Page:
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Scientists say that bumblebees like it hot and learn to use the color of plants to select blooms with the warmest nectar. Through trial and error, bees learn which flowers are the hot spots that offer and additional reward in the form of heat or energy for pollinating insects.

Scientists tested bees with four different colored artificial flowers with varying temperatures, the majority of the bees chose the darker colored, warmer flowers; and when the colors and temperatures were switched, the bees still preferred the warmer colored blooms.

When bees go off to collect nectar, they are attracted to colours of flowers which act as signals for them about the type of flower colours that provide more or less nectar. They will favour certain colours over others according to track experience, this means that if they have found yellow flowers to provide more nectar they’re more likely to visit yellow flowers and will favour certain colour over others.

What colors do bees like?

Bees have the ability to distinguish colors, they have a trichromatic color vision — that means that bees can see the three primary colours of blue, green and violet or Ultraviolet (UV) spectrum and tend to view things in ultraviolet patterns. Bees cannot see red.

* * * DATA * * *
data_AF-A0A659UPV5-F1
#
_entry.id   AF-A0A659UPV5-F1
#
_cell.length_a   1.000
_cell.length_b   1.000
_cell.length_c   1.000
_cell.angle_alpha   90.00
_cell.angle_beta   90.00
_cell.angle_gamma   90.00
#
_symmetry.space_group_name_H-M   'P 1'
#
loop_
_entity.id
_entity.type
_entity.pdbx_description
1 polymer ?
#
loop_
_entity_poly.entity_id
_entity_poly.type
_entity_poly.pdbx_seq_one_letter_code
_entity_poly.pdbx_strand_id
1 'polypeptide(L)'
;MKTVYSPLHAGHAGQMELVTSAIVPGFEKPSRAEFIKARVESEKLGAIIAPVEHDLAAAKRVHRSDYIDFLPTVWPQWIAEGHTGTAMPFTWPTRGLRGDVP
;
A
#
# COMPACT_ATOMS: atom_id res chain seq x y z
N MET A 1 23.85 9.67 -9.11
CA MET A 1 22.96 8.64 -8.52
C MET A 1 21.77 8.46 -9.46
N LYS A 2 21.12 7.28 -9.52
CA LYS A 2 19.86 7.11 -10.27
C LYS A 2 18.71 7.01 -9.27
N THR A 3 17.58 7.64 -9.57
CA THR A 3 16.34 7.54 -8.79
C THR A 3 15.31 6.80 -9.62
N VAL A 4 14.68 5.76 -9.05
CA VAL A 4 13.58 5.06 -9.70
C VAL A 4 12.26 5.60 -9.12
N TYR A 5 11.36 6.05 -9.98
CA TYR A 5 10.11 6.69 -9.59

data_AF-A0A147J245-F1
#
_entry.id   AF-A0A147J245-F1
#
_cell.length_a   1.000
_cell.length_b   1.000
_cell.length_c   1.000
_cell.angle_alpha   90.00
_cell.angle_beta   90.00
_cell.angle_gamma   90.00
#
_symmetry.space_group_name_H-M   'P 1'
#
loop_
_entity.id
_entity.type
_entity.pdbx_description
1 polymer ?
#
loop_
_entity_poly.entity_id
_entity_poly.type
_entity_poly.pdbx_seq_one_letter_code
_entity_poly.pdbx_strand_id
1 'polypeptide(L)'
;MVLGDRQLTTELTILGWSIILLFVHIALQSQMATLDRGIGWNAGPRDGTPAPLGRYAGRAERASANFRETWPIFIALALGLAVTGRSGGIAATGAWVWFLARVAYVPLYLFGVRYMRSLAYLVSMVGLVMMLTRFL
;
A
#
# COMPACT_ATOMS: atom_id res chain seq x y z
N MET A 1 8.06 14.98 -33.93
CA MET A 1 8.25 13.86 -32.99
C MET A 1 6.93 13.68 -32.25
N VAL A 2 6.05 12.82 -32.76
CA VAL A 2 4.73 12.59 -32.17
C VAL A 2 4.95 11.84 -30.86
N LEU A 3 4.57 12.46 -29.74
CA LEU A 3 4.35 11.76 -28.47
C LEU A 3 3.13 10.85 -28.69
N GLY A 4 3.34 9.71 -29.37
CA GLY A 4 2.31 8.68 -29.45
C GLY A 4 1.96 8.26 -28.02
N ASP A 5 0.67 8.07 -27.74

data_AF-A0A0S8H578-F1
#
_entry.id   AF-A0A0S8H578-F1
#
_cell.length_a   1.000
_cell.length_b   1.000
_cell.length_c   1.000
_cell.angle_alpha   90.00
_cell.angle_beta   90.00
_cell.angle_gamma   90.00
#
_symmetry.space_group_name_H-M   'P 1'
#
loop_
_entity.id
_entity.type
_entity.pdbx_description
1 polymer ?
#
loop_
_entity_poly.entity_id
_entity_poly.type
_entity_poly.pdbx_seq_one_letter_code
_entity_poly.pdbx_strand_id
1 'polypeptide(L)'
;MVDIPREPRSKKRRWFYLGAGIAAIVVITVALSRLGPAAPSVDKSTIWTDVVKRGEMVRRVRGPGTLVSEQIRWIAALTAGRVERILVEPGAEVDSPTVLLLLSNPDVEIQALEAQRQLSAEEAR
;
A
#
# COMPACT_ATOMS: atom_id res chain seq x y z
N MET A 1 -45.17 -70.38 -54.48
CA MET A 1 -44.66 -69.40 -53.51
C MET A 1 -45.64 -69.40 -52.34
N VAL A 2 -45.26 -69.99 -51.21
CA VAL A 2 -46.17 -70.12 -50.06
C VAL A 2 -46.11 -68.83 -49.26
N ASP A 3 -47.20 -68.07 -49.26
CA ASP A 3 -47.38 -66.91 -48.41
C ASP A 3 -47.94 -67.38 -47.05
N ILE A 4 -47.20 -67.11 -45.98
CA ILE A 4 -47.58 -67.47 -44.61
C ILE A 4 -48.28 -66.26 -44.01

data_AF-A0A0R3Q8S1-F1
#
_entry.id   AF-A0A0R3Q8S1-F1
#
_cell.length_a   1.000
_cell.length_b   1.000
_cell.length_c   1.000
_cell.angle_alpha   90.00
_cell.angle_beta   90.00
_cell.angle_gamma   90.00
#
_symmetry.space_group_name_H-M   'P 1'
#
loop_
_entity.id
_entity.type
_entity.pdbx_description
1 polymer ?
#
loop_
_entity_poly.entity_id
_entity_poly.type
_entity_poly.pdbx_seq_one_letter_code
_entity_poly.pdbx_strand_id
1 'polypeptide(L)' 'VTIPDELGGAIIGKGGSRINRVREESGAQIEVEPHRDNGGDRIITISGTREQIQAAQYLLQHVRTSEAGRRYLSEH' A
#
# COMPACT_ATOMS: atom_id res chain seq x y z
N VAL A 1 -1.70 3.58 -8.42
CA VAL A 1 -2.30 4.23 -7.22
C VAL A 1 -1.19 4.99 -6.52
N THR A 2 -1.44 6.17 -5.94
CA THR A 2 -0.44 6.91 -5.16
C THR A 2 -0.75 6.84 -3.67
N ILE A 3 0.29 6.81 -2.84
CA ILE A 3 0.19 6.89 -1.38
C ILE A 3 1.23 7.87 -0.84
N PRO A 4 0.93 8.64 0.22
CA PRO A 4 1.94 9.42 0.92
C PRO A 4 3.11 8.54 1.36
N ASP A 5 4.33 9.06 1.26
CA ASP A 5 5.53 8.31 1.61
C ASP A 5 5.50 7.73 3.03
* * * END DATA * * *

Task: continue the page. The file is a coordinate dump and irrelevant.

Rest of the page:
The article “How bees see their world” puts it like this:

“Although both honey bees and people have a visual system based upon three-colors, the limits of this color sensitivity are very different. People cannot see very far into the Violet or Ultraviolet region of the electromagnetic visual spectrum. We are essentially blind to wavelengths of light below 400 nanometers/millimicrons (light in this regions is called UV-A and UV-B light). These are the powerful light rays which cause us to tan or sunburn. Bees can see these invisible-to-us rays of light! Another interesting difference happens at the opposite end of the visible spectrum. We can easily see the color of a red sweater or red fire engine (at least many of them used to be red!). To a honey bee, however, the color red is invisible. They see red objects as black, or the absence of color.”

How do bees see their world?

Bees have five eyes. First of all, worker honey bees have those two eyes that are great ellipses on opposite sides of their head. Each compound eye is made up of about 6,900 individual hexagonal units called ommatidia. Each ommatidium captures light rays from a small angle of view. The rays are focused by several lenses onto light sensitive pigment. Once stimulated, these sensory cells pass along nervous impulses coding information on the quality of the light to the optic nerves which eventually reach the the honey bees’ brain. Found on top of their head are three ocelli  (simple eyes with a single lens) arranged in a triangular pattern. These simple eyes tell the bee of the changes in light intensity and help the bees get to and from the nest at dawn and dusk.

Source: “How Bees See Their World” – GEARS Carl Hayden Bee Research Center

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